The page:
Shakespeare and Sherlock
Posted on May 6, 2014 by Sylvia Morris
Sherlock Holmes is one of the most famous characters in literature. So compelling has Arthur Conan Doyle’s brilliant detective proved to be since the stories were written over a century ago that he has been brought to life in scores of films, TV series and radio plays. And the character himself has inspired novelists and playwrights to write new stories. So powerful a hold does this fictional character have that a museum dedicated to him, furnished as if he had really lived there, is situated in Baker Street, London.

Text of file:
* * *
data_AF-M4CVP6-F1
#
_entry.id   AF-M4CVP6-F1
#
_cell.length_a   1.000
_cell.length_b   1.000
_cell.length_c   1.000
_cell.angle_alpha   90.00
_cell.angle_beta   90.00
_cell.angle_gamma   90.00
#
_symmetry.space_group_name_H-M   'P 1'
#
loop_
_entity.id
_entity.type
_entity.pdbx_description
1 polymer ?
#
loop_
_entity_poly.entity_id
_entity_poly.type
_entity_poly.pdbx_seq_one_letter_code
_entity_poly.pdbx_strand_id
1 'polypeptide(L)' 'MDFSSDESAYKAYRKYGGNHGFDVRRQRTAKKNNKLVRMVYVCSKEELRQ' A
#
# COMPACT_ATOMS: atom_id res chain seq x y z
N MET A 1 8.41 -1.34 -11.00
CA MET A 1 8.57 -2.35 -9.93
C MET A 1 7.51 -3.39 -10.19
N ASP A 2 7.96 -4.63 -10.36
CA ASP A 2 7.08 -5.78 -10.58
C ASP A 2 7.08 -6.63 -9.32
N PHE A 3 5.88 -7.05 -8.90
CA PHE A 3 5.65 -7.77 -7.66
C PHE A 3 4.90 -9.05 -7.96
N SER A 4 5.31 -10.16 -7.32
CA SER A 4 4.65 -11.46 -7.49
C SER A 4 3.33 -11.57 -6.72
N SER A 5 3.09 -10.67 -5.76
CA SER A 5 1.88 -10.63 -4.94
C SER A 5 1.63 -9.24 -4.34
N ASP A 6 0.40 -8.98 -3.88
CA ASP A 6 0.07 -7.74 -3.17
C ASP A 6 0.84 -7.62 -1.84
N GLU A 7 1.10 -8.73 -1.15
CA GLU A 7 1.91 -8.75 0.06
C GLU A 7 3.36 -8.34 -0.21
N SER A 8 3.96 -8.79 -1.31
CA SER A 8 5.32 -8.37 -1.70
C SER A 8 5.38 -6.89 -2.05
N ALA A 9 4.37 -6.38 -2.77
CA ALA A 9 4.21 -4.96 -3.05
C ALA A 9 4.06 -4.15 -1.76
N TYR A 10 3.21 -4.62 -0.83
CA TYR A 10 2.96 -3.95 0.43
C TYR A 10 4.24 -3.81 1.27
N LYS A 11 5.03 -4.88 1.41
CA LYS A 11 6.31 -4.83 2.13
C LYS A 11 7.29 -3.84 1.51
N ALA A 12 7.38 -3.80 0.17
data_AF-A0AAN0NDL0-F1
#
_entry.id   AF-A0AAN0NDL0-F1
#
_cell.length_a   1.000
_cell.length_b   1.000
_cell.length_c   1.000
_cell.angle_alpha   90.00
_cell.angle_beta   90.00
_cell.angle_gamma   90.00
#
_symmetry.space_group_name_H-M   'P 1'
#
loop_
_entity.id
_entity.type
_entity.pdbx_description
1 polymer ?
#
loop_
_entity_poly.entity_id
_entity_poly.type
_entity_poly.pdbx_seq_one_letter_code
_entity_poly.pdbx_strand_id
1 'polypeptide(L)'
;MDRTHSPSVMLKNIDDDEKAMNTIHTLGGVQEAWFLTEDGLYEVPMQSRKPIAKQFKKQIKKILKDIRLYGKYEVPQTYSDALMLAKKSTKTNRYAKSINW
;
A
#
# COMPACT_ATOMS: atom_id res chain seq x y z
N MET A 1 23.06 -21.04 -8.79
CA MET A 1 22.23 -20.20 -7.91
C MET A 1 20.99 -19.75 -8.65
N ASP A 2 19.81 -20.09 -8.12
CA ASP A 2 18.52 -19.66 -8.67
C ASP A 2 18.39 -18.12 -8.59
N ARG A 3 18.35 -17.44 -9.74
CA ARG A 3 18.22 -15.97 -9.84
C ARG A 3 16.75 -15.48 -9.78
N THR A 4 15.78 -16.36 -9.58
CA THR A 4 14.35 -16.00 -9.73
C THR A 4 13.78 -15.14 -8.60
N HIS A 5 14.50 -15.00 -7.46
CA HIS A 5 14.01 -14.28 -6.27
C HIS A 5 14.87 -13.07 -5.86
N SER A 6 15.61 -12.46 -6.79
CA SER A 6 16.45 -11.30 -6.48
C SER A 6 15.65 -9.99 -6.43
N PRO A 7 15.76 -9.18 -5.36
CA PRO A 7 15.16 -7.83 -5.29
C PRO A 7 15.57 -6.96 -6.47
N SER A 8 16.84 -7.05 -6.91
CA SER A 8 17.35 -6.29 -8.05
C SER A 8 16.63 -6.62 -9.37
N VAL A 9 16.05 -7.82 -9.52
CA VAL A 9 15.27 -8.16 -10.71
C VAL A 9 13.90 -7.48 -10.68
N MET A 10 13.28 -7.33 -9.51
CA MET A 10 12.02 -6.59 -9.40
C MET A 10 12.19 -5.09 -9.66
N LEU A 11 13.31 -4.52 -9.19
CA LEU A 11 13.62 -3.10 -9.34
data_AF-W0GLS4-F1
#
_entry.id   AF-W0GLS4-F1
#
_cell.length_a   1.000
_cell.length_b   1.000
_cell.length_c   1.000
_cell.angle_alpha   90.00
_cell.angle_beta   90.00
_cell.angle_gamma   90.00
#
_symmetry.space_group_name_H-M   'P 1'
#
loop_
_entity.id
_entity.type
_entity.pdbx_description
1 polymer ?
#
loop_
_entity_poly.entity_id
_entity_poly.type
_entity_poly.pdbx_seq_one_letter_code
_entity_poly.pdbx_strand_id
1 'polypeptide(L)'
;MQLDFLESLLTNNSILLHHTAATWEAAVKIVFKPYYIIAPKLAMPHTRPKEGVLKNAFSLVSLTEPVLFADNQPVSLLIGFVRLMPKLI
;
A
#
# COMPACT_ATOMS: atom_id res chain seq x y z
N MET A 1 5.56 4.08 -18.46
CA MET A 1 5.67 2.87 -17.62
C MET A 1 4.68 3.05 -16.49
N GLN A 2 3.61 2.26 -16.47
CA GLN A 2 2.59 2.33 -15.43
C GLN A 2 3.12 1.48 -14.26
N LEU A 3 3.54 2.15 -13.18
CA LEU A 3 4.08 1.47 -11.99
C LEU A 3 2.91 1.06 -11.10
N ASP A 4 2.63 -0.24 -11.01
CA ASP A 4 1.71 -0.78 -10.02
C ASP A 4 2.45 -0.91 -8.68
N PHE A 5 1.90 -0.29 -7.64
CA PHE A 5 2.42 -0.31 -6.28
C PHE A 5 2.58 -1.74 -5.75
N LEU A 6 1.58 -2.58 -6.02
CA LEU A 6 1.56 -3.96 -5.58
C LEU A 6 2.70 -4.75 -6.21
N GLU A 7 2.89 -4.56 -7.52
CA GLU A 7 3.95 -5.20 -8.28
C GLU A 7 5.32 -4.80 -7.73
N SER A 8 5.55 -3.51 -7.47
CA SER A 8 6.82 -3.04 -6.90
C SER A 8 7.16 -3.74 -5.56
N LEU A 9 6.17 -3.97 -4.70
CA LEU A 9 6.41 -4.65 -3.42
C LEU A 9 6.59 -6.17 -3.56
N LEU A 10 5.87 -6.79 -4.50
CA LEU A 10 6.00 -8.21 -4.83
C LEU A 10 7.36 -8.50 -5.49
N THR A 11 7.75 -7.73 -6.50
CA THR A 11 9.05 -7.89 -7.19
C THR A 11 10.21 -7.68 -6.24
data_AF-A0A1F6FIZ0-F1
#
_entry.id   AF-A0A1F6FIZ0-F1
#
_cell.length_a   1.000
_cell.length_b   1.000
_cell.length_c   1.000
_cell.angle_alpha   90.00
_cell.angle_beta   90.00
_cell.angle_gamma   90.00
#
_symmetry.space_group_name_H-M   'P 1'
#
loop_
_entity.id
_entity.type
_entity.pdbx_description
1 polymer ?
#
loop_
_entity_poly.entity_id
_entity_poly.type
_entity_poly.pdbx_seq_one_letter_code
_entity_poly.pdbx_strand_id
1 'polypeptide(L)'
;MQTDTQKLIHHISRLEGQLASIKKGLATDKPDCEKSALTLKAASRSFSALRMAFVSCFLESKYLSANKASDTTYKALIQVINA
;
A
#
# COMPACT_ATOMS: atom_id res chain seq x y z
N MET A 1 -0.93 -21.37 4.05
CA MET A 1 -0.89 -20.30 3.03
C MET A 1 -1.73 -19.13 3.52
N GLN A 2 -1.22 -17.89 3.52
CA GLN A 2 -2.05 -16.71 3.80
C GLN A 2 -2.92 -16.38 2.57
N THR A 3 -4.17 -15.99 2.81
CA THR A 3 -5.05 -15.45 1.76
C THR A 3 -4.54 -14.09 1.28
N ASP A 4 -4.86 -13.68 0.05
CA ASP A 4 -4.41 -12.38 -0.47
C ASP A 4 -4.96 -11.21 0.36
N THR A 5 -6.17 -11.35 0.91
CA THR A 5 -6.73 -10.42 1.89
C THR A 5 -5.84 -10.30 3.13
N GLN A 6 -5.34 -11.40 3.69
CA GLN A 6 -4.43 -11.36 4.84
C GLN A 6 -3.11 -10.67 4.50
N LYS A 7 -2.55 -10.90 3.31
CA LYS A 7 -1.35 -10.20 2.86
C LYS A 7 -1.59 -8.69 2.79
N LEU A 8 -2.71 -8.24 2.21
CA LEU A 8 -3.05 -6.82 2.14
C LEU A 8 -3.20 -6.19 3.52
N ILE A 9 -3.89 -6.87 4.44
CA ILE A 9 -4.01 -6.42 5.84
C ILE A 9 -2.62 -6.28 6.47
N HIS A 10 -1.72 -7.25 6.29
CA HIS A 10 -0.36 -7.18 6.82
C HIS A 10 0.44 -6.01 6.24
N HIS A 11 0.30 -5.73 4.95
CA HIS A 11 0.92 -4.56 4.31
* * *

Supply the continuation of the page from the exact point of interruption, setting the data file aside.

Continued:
Nobody has opened a Hamlet museum, but if there was to be a Shakespeare character to have his own museum this would probably be it.
Every once in awhile, I stumble upon a "discovery" that combines a couple of my main interests: in this case, Sherlock Holmes and Shakespeare. I don't know why I hadn't heard of this story before, but Vincent Starrett once wrote a fun little pastiche of a Sherlock Holmes story entitled "The Adventure of the Unique Hamlet," in which Holmes is hired to help solve the theft of a unique quarto edition of William Shakespeare's Hamlet. The story, which was originally published in 1920, was reportedly considered by Ellery Queen to be one of the greatest pastiches of Holmes ever written. I just read it, and found it to be quite entertaining. Simply click on the title of the story above to read it online!
(I shall also share this same post on my Shakespeare blog, entitled Willy Wigglestick.)
I'm a stay-at-home dad, and Director of Music Ministries at a United Methodist Church in Mt. Juliet, TN, and a longtime fan of Mr. Sherlock Holmes.